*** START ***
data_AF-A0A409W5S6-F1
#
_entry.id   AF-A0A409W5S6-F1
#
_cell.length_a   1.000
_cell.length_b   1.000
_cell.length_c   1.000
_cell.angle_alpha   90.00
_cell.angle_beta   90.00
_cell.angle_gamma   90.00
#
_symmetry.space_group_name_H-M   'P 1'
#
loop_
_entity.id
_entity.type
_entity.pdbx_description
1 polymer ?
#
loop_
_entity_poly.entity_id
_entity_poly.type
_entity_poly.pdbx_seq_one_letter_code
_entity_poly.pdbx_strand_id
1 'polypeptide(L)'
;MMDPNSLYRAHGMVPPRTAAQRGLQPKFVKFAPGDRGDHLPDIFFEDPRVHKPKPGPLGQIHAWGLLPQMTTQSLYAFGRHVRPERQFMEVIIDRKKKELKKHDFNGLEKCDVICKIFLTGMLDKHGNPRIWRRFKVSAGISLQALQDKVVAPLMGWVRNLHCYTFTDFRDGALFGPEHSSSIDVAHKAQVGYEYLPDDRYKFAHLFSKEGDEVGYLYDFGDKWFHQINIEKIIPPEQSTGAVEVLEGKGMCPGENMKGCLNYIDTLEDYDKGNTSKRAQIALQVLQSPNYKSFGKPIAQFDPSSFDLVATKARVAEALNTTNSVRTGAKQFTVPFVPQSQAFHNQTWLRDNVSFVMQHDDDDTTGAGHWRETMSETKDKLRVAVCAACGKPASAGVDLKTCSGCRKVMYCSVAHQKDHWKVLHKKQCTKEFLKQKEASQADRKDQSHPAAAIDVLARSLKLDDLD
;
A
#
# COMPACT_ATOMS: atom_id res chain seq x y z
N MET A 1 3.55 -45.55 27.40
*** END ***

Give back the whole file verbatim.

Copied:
data_AF-A0A409W5S6-F1
#
_entry.id   AF-A0A409W5S6-F1
#
_cell.length_a   1.000
_cell.length_b   1.000
_cell.length_c   1.000
_cell.angle_alpha   90.00
_cell.angle_beta   90.00
_cell.angle_gamma   90.00
#
_symmetry.space_group_name_H-M   'P 1'
#
loop_
_entity.id
_entity.type
_entity.pdbx_description
1 polymer ?
#
loop_
_entity_poly.entity_id
_entity_poly.type
_entity_poly.pdbx_seq_one_letter_code
_entity_poly.pdbx_strand_id
1 'polypeptide(L)'
;MMDPNSLYRAHGMVPPRTAAQRGLQPKFVKFAPGDRGDHLPDIFFEDPRVHKPKPGPLGQIHAWGLLPQMTTQSLYAFGRHVRPERQFMEVIIDRKKKELKKHDFNGLEKCDVICKIFLTGMLDKHGNPRIWRRFKVSAGISLQALQDKVVAPLMGWVRNLHCYTFTDFRDGALFGPEHSSSIDVAHKAQVGYEYLPDDRYKFAHLFSKEGDEVGYLYDFGDKWFHQINIEKIIPPEQSTGAVEVLEGKGMCPGENMKGCLNYIDTLEDYDKGNTSKRAQIALQVLQSPNYKSFGKPIAQFDPSSFDLVATKARVAEALNTTNSVRTGAKQFTVPFVPQSQAFHNQTWLRDNVSFVMQHDDDDTTGAGHWRETMSETKDKLRVAVCAACGKPASAGVDLKTCSGCRKVMYCSVAHQKDHWKVLHKKQCTKEFLKQKEASQADRKDQSHPAAAIDVLARSLKLDDLD
;
A
#
# COMPACT_ATOMS: atom_id res chain seq x y z
N MET A 1 3.55 -45.55 27.40